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Syracuse Football Offensive Updates: Lester's O Looks Good, Hunt Adapting to Speed Option

A couple offensive notes for Syracuse football as prep for the opener begins.

Mark Konezny-USA TODAY Sports

For Syracuse football, the "preseason" is pretty much over and preparations for next Friday's opener vs. Rhode Island have begun. Stephen Bailey shared some thoughts on the progress of Tim Lester's new offense earlier, so we dive into those before focus shifts to the game against the Rams. First, what we knew already:

  • Lester's offense is a largely pro-style scheme with spread elements included.
  • Will utilize plenty of downhill running (to open up the pass).
  • West Coast concepts will be a big part of the passing game.
  • "Hybrids" are going to be focal point of attack (creating mismatches, etc).

Next, some key quotes that should have you at least a little optimistic with the season just a week or so away:

Tim Lester:

"It's kind of gone as I thought… There's really nothing that I've seen and said, 'Hey, we don't have the talent to run this or that.'"

Terrel Hunt, discussing the SU defense struggling to adjust to the new offense (could be good or bad, depending on the narrative you have in your head):

"That's when we really realized, 'Hey we could do something here. We just have to listen to what Coach Lester says and buy in to it."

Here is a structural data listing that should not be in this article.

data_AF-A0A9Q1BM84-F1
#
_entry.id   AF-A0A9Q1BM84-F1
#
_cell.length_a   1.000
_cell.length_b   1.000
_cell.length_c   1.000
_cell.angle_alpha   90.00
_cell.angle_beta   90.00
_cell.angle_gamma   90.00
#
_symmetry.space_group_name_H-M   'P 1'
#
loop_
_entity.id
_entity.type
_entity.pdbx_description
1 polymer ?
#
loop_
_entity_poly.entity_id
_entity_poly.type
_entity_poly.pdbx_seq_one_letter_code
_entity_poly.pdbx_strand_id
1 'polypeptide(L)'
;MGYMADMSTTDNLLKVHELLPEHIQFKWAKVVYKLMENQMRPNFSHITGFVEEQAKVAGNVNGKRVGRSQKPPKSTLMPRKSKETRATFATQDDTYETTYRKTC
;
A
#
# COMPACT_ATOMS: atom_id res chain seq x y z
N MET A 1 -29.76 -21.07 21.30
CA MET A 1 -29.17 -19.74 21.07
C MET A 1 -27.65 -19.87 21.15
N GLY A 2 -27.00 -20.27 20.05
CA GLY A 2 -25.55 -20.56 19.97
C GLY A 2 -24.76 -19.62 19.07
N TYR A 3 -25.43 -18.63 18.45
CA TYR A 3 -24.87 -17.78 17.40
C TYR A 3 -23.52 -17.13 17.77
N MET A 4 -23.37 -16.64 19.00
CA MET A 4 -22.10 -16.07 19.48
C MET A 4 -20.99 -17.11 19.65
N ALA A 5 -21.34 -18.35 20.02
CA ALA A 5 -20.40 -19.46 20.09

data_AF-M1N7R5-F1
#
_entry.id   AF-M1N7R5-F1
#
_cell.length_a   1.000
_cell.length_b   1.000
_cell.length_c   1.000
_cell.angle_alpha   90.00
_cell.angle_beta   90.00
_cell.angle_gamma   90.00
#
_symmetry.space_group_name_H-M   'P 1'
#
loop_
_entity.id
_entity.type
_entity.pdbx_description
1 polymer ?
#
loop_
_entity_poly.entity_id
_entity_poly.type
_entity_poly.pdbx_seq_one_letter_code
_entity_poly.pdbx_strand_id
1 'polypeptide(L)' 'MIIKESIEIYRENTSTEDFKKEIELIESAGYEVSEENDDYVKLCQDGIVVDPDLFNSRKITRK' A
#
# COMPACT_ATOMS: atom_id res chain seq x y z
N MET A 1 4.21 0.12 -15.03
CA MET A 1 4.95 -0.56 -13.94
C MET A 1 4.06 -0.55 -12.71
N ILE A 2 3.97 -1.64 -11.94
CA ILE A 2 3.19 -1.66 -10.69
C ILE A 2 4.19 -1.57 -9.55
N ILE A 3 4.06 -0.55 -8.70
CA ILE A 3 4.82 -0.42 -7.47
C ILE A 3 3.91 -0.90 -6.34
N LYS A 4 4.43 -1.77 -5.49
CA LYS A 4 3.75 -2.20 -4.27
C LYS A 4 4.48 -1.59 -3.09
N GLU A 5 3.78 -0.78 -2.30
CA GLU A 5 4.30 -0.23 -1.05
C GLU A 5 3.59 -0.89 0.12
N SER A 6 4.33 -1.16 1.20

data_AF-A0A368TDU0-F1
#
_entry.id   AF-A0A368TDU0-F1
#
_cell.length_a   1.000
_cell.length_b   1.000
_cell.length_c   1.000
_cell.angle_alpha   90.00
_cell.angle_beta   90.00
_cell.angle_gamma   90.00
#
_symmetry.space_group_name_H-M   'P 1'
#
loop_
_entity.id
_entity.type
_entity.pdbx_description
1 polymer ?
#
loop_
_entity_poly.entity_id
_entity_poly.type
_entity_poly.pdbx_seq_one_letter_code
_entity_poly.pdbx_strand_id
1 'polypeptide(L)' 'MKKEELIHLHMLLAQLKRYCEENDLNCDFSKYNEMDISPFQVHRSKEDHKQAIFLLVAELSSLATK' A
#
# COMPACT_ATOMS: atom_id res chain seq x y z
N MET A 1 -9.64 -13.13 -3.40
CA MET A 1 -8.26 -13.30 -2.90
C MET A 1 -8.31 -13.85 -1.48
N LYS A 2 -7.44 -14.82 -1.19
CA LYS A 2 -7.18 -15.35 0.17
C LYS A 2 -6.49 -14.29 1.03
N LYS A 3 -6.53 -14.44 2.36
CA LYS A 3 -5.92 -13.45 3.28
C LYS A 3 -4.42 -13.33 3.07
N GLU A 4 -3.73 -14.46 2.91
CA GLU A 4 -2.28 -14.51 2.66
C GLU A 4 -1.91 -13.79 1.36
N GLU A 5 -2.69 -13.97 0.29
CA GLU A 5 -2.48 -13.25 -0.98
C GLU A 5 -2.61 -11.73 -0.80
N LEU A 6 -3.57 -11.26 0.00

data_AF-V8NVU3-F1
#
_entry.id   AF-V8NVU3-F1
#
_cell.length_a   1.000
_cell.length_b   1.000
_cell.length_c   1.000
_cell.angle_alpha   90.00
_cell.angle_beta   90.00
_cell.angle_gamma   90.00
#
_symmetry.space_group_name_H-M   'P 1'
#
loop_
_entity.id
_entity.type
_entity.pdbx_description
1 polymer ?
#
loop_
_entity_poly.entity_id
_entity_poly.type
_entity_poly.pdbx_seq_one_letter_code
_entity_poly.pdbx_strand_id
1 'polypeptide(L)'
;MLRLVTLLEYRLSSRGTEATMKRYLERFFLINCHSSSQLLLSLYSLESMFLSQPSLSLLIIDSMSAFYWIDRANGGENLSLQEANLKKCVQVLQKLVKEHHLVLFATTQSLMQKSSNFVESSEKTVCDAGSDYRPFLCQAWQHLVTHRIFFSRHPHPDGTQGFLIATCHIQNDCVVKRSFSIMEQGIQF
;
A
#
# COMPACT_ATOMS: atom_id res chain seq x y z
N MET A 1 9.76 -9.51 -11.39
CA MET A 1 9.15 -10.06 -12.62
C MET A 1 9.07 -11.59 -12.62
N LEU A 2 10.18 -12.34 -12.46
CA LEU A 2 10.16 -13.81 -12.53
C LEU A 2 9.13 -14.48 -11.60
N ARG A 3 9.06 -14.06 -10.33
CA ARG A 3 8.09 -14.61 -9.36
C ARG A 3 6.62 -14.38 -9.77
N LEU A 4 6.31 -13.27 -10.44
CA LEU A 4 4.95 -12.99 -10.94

Rob Trudo:

"Once the plays started to come around, we'd get rolling and then it's contagious to the whole team. "We'll score four or five touchdowns in a row (during team period)... I have an extremely high level of confidence in this offense heading into the season."

Sure, the above are just quotes, but they're also a sign of confidence for a team that sorely needs it. Rhode Island, Wake Forest and Central Michigan may not be the most challenging opponents to start a season, but gaining a head of steam against those three could be contagious and helpful toward executing well the rest of the year. The fact that everyone feels comfortable with the system after feeling out of sorts last year is a major plus before they step on the field against a real opponent.


Elsewhere in the offense, we get another big update on the scheme past the bullets above. Hunt is adjusting well to the speed option elements we saw teased out at Fan Fest. But there are still a few kinks to work out before that part sees game action (which it will on Sept. 4). The main issues, as detailed in the above link from's Nate Mink simply seem to lie with Hunt trying to take everything on by himself, and the fact that he hasn't been hit during camp. Said Hunt, regarding the first item:

"My problem is I like to run, so the pitching part is the toughest... After you get a few trials and errors, you actually understand it. It becomes, not second nature, but it becomes a lot easier when you start understanding why we do certain things, why it is you pitch certain ways, things like that."

Lester seems to get this part, and explains those reads are just part of the implementation process. While things didn't look overly crisp there during Fan Fest, a lot can happen in a short period -- especially with a veteran QB seemingly hell-bent to get the new system down pat. As far as the lack of hits, Hunt describes practicing fading away as the pitch is released, to diminish the impact of the hit. That's great, of course, but... we'll see how Hunt reacts to his first real contact against Rhode Island. Since he hasn't seen true game action since the Louisville game last fall, there's both a mental and physical aspect to get over there. He should be fine, of course. But you never know what the lingering effects of a major injury can be until you just go out and do it.